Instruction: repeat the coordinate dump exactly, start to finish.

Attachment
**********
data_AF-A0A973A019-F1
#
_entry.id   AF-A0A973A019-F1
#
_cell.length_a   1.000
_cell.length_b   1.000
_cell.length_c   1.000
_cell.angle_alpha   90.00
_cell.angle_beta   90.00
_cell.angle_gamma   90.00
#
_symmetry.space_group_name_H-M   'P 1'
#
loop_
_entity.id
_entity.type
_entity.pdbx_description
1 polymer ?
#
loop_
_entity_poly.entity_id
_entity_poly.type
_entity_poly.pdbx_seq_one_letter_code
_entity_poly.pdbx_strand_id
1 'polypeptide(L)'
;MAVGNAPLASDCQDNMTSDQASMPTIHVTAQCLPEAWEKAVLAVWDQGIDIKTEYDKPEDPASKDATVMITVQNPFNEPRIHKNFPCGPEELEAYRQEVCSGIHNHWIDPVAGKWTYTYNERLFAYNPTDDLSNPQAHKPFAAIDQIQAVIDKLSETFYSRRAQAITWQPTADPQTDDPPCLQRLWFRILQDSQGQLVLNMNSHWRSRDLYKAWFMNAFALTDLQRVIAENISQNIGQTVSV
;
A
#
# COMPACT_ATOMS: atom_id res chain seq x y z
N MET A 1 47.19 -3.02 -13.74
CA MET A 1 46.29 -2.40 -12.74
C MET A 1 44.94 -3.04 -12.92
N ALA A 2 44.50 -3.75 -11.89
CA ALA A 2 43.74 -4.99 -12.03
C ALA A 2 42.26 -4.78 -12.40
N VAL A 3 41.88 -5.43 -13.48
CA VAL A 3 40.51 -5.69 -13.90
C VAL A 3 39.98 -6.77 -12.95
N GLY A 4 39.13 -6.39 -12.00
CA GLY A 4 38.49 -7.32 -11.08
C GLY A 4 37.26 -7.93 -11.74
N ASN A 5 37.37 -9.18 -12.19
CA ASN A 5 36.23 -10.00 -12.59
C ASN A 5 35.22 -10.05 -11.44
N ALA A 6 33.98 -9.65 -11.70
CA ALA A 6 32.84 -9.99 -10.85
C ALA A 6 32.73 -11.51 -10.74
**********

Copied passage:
data_AF-A0A973A019-F1
#
_entry.id   AF-A0A973A019-F1
#
_cell.length_a   1.000
_cell.length_b   1.000
_cell.length_c   1.000
_cell.angle_alpha   90.00
_cell.angle_beta   90.00
_cell.angle_gamma   90.00
#
_symmetry.space_group_name_H-M   'P 1'
#
loop_
_entity.id
_entity.type
_entity.pdbx_description
1 polymer ?
#
loop_
_entity_poly.entity_id
_entity_poly.type
_entity_poly.pdbx_seq_one_letter_code
_entity_poly.pdbx_strand_id
1 'polypeptide(L)'
;MAVGNAPLASDCQDNMTSDQASMPTIHVTAQCLPEAWEKAVLAVWDQGIDIKTEYDKPEDPASKDATVMITVQNPFNEPRIHKNFPCGPEELEAYRQEVCSGIHNHWIDPVAGKWTYTYNERLFAYNPTDDLSNPQAHKPFAAIDQIQAVIDKLSETFYSRRAQAITWQPTADPQTDDPPCLQRLWFRILQDSQGQLVLNMNSHWRSRDLYKAWFMNAFALTDLQRVIAENISQNIGQTVSV
;
A
#
# COMPACT_ATOMS: atom_id res chain seq x y z
N MET A 1 47.19 -3.02 -13.74
CA MET A 1 46.29 -2.40 -12.74
C MET A 1 44.94 -3.04 -12.92
N ALA A 2 44.50 -3.75 -11.89
CA ALA A 2 43.74 -4.99 -12.03
C ALA A 2 42.26 -4.78 -12.40
N VAL A 3 41.88 -5.43 -13.48
CA VAL A 3 40.51 -5.69 -13.90
C VAL A 3 39.98 -6.77 -12.95
N GLY A 4 39.13 -6.39 -12.00
CA GLY A 4 38.49 -7.32 -11.08
C GLY A 4 37.26 -7.93 -11.74
N ASN A 5 37.37 -9.18 -12.19
CA ASN A 5 36.23 -10.00 -12.59
C ASN A 5 35.22 -10.05 -11.44
N ALA A 6 33.98 -9.65 -11.70
CA ALA A 6 32.84 -9.99 -10.85
C ALA A 6 32.73 -11.51 -10.74